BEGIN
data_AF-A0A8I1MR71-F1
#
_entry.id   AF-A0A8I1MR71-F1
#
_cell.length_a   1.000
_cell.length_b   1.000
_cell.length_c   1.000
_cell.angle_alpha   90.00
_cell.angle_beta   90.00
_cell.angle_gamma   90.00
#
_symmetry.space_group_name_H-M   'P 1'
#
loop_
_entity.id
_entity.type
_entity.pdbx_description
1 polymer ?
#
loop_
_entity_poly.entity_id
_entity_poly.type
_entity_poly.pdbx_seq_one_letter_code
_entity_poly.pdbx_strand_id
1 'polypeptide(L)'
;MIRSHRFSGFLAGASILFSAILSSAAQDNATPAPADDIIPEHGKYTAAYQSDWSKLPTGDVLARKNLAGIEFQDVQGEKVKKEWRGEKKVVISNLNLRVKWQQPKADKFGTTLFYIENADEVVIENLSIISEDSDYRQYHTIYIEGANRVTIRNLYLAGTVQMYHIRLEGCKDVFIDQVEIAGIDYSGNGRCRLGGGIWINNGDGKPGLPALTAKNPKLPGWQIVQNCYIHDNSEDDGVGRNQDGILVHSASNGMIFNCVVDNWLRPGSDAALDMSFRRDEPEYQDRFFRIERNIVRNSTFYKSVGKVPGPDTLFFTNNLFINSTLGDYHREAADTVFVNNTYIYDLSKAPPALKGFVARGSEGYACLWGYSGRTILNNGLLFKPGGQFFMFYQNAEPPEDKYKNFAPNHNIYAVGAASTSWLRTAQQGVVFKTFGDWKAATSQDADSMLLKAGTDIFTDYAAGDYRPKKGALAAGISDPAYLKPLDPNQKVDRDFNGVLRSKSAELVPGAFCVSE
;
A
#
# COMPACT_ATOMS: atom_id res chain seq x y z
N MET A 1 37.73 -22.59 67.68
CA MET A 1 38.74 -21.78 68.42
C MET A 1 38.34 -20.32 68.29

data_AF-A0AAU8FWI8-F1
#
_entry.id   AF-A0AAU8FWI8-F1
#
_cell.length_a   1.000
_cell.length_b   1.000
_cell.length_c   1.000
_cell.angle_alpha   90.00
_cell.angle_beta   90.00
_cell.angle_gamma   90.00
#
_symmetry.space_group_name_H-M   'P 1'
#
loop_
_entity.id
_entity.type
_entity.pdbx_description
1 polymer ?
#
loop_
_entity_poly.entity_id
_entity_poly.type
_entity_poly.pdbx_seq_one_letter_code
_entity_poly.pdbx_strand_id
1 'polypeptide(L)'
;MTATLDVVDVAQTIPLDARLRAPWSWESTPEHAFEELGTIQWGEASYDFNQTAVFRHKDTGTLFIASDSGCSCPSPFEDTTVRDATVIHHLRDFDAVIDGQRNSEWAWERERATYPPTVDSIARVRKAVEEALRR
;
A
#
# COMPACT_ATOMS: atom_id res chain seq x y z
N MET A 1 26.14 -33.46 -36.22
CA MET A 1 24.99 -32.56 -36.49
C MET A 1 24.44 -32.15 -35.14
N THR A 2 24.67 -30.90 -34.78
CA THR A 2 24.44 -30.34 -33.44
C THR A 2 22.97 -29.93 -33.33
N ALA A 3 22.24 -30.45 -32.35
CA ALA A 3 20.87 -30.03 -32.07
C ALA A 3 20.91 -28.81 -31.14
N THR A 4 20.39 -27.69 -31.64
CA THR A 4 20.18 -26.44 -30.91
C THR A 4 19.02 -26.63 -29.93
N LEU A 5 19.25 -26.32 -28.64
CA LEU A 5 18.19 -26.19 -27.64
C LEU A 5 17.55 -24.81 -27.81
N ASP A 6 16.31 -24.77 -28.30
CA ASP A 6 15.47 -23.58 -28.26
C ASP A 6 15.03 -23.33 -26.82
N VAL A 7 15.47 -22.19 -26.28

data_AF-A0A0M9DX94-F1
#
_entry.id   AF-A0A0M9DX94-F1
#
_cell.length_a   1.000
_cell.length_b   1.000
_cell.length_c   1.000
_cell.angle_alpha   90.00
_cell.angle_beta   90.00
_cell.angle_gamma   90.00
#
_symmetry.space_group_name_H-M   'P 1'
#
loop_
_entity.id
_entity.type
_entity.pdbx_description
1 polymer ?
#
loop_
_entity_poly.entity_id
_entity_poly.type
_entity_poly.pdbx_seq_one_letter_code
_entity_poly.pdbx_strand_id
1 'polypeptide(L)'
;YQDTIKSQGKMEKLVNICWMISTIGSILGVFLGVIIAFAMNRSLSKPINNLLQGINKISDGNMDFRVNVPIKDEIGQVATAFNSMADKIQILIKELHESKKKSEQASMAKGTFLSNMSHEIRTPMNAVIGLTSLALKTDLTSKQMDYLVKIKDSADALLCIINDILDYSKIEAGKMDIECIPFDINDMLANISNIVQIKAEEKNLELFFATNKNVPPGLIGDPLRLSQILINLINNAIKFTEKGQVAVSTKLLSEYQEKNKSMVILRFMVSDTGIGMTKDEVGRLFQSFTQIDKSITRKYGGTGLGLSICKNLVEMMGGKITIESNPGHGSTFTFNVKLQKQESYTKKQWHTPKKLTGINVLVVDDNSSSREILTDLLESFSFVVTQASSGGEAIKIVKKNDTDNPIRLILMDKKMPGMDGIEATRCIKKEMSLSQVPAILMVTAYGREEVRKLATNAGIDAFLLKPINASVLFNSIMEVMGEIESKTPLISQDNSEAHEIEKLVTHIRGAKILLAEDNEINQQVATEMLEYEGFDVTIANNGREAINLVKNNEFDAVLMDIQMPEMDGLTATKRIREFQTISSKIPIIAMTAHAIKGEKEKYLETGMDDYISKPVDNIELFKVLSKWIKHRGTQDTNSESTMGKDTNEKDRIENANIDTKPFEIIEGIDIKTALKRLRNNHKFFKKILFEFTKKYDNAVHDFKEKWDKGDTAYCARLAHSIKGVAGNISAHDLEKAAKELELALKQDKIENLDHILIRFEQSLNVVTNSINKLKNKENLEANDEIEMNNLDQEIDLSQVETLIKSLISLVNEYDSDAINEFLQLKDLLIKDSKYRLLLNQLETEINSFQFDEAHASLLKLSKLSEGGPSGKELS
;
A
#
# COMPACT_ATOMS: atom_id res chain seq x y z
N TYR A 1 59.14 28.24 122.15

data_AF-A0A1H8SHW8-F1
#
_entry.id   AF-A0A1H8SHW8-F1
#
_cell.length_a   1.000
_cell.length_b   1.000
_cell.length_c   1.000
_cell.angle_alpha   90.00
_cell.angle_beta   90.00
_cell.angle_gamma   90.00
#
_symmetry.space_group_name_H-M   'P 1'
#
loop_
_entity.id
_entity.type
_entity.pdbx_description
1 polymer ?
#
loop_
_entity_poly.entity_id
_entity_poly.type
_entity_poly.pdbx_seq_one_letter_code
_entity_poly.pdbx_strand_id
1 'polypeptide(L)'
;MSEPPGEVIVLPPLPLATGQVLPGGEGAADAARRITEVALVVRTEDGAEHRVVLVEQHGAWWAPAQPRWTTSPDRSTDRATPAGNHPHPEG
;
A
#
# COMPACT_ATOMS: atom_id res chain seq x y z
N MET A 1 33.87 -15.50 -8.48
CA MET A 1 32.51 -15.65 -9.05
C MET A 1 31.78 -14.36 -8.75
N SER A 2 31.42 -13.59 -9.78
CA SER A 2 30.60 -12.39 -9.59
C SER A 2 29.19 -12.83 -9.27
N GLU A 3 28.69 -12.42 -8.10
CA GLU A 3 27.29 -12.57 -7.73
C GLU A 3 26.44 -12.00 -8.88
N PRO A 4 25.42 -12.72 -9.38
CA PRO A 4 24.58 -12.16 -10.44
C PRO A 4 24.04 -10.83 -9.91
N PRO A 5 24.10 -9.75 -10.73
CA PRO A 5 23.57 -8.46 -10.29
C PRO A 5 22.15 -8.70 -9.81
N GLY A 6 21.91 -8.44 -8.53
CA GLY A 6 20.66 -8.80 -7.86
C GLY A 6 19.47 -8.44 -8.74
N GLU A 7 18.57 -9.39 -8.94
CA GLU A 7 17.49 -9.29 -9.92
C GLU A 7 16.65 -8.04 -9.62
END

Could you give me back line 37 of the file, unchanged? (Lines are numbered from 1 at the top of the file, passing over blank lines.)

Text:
#